To have Daniel Leader advise me to be mindful of using plastic wrap to help the environment while at the same time he's using TONS of wood as his fuel source, made me want to toss the book across the room.  I didn't, but I wanted to.  How many acres of trees have been cut down to satisfy Daniel's need for romance?  His web site now brags that his bakery has produced more wood fired bread than any other bakery in the US, perhaps the world.  I shutter to think of the trees cut down.

To hear Chad Robertson talk so honestly about this in his book, and the fact that he made a different choice and proved beyond doubt to his customers that the source of heat doesn't matter, well, it made me admire him and his achievements even more.

Daniel Leader is an important person in the bread world - he has contributed much.  I just wish he didn't use wood to heat his ovens.

I am sorry if I have offended any Daniel Leader fans on this blog - I just had to rant to an audience that knew what I was talking about.

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the hadster

sigh.  Over proofed my bread again.

I keep getting into trouble with the long retard AFTER shaping.   It did not appear to have risen that much over night, so I let it sit out for 2 hours, then I reheated the oven for 45 minutes, and then I baked the bread.  Next time, I will cut the counter top bit down to 1 hour and will preheat the oven at the same time.  sigh

The good news is that the bread is lovely.  Nice open crumb. Lovely earthy flavor.

I did a 3 or 4 stage build:

Biga: mixed in the evening, let rise until almost double, fold down & into fridge over night.

250 g water

300 g flour

50 g starter

Sponge: started with the biga and water for 1 hour to soften, then added flour. 2 hours at room temp

600 g biga

150 g water

100 g flour

Bread dough: added the rest of the flour and salt, let sit for 1 hour, then French kneaded twice, 5 minutes apart, for 1 minute each.  S&F at 30 & 60  11:05 AM was the start time of autolyse.

850 g sponge

100 g flour

9 g kosher salt


S&F at 12:45 & 1:15.  By 1:45 the dough was so active I decided to scale, bench and shape.  I used a steel mesh strainer lined with flour sac towels because I don't have bannetons here.  They were suspended in a bowl over night.  I put a piece of plastic wrap lightly on the top - which became the  of the loaves - and then put in the fridge over night.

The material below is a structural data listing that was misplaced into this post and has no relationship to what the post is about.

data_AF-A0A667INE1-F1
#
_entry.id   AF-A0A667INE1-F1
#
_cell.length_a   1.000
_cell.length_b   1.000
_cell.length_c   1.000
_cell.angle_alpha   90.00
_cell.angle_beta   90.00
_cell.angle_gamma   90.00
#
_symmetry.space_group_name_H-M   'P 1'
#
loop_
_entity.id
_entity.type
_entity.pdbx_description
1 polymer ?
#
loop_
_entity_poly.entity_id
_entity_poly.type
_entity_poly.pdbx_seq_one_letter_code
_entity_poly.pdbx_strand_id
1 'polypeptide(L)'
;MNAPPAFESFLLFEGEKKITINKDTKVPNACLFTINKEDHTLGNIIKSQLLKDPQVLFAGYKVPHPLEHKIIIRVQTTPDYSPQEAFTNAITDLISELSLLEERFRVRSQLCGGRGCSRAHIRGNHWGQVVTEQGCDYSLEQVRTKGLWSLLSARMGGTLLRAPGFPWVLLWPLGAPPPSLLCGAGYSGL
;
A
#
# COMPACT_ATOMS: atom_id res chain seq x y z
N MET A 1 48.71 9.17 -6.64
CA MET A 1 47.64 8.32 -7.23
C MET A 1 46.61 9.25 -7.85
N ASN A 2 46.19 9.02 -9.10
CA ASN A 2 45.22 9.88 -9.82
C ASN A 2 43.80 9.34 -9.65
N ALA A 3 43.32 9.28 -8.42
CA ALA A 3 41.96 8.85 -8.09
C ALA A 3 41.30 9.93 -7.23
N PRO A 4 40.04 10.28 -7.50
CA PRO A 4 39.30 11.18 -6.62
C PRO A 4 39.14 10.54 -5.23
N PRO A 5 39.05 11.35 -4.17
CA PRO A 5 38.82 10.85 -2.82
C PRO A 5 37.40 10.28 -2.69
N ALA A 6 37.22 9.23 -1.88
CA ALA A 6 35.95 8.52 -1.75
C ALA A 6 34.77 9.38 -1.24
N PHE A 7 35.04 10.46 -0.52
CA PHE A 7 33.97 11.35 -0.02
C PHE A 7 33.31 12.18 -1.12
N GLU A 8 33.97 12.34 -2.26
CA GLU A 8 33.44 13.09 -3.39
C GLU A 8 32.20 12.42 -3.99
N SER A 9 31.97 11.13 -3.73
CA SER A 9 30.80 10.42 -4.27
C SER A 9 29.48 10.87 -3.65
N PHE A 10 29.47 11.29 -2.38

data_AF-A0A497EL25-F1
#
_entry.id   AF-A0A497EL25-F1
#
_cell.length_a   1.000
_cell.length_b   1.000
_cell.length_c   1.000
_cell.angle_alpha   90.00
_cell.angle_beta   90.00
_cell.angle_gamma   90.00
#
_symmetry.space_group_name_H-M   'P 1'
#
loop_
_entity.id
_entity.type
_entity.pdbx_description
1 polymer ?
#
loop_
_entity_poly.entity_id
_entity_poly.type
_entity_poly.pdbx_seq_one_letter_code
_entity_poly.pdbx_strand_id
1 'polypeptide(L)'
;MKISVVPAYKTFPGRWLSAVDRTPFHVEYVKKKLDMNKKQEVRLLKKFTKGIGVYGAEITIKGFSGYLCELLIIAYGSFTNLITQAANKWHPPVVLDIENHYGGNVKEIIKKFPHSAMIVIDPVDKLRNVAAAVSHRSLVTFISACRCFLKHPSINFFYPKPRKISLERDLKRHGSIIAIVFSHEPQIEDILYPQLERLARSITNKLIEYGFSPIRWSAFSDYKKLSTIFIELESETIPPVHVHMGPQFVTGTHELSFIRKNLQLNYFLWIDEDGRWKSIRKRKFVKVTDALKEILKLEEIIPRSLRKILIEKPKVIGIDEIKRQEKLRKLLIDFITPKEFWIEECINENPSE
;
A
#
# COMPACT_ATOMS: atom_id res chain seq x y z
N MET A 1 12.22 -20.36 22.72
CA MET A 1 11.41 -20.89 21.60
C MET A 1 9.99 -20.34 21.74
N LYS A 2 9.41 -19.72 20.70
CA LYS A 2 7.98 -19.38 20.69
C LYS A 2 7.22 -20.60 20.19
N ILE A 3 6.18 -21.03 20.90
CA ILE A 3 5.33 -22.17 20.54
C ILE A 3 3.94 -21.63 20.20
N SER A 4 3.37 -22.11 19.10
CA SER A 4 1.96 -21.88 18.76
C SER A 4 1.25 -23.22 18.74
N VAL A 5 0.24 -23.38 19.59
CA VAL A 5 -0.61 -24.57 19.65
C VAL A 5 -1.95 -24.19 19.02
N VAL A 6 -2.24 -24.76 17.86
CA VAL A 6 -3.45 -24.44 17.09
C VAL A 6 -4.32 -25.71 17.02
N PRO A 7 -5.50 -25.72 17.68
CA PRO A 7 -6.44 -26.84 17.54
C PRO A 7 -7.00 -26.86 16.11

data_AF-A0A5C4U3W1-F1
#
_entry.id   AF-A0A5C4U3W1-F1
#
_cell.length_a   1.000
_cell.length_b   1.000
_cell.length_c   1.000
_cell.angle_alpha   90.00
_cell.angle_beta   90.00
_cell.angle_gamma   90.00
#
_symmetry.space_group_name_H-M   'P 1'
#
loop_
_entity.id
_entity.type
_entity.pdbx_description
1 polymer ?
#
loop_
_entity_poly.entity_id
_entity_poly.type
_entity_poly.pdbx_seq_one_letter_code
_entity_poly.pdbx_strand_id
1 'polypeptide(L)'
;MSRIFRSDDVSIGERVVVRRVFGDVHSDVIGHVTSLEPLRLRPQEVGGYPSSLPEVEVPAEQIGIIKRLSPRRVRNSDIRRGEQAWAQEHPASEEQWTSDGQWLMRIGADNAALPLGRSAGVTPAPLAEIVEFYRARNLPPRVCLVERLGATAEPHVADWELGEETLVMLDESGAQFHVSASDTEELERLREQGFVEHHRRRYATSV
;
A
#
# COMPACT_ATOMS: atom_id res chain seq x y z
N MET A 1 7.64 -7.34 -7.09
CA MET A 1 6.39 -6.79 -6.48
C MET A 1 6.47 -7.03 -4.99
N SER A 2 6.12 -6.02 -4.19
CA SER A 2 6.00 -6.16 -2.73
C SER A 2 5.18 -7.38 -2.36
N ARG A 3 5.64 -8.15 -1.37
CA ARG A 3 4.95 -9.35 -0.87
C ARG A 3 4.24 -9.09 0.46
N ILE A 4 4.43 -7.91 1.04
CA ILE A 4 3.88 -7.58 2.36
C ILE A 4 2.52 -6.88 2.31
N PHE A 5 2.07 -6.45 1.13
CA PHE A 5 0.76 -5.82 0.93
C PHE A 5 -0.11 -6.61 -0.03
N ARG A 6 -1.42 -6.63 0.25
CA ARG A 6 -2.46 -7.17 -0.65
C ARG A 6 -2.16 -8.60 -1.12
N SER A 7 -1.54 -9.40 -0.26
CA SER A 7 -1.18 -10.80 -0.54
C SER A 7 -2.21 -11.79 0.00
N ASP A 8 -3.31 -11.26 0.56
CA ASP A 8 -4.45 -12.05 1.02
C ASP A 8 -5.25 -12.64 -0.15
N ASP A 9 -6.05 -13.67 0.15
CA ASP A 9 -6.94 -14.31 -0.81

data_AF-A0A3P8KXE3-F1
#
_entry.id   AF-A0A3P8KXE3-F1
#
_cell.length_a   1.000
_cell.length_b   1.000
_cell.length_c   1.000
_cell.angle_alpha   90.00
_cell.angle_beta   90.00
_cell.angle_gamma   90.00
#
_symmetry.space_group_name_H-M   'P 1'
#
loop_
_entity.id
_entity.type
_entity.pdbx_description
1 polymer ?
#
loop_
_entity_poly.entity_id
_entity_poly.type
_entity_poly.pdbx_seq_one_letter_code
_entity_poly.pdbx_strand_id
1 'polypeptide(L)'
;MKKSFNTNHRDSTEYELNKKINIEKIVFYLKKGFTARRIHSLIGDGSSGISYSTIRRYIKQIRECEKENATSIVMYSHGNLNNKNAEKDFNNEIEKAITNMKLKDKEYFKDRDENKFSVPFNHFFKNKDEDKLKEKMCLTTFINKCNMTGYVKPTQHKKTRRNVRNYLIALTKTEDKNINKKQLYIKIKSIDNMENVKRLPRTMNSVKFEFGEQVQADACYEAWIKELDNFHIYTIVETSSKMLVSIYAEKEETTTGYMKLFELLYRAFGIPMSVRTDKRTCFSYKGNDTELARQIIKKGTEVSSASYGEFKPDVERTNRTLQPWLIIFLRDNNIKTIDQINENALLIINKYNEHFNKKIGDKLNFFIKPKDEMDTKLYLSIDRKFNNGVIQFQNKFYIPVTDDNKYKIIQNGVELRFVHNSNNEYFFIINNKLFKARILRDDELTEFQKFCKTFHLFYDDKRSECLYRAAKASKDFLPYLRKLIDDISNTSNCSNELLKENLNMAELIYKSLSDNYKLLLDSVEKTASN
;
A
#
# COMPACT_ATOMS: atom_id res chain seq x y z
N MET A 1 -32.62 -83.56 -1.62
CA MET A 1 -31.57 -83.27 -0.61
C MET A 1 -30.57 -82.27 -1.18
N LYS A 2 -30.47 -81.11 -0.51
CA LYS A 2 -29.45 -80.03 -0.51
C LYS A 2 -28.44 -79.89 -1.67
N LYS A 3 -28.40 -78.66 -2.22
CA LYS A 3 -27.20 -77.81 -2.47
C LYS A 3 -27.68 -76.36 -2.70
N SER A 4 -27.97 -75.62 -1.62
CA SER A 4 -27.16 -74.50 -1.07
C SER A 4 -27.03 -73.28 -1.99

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the hadster

I did not use the quick recipe so highly recommended on this site.  I bake in the mornings - have to share an oven - and I needed a recipe/method that work work for me.

I found one that had nearly identical ingredients and proportions, but that involved an over night biga.  This was the first bread recipe that I wasn't convinced would demolish my mixer or kitchen.

I need to work on my dough handling to get a more open crumb, but taken as a whole, I count this as a successful experiment.

And yes, there is strange dark thing on the cut loaf.  I'm at the cottage, and it's another rainy day in a summer of rainy days.  Pine needles are every where.  We have 3 dogs, and none of them seem to remember to wipe their feet or brush the pine needles off their coats before they come in.  We've asked them to, of course, but so far our requests have fallen on deaf ears.  I didn't notice the strange thing until I looked at the pictures, by which time I had eaten that cut piece of cibatta....

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the hadster

Below is the crumb shot.  I am working on my own flour blend.  Fortunately, my sister is with me at the cottage, and she has a sensitive palette.  And she loves bread.

This is a mixture of bread flour, whole wheat flour, sprouted buckwheat flour, and whole dark rye flour at 72% hydration. I made an error with the percentages of the different flours because I'm challenged with math, so I aways work with 1000 grams of my base flour (white bread flour), I can duplicate.

It tasted wonderful.



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the hadster

I haven't posted in ages, and maybe I have never posted to my blog here, but I'm so excited!  What you see is my starter that I'm calling Gem Island Truffle because of it's savory not too sour taste and aroma.

I captured it and nursed it along from a feeble beginning.  It finally began to show signs of being strong enough to push up some bread.  What wonderful bread it was!

I fed it and stuck it in the fridge for about 5 days.  I took it out of the fridge at 7 AM, waited an hour and fed it.  That is a 1 quart Mason jar with 100 grams of starter in it.  At 12, it was doubled in bulk but I wasn't ready to bake, so I stirred it down. 

2 hours later, this is what I found.  I was so happy to see the activity that I didn't mind the mess all over the counter!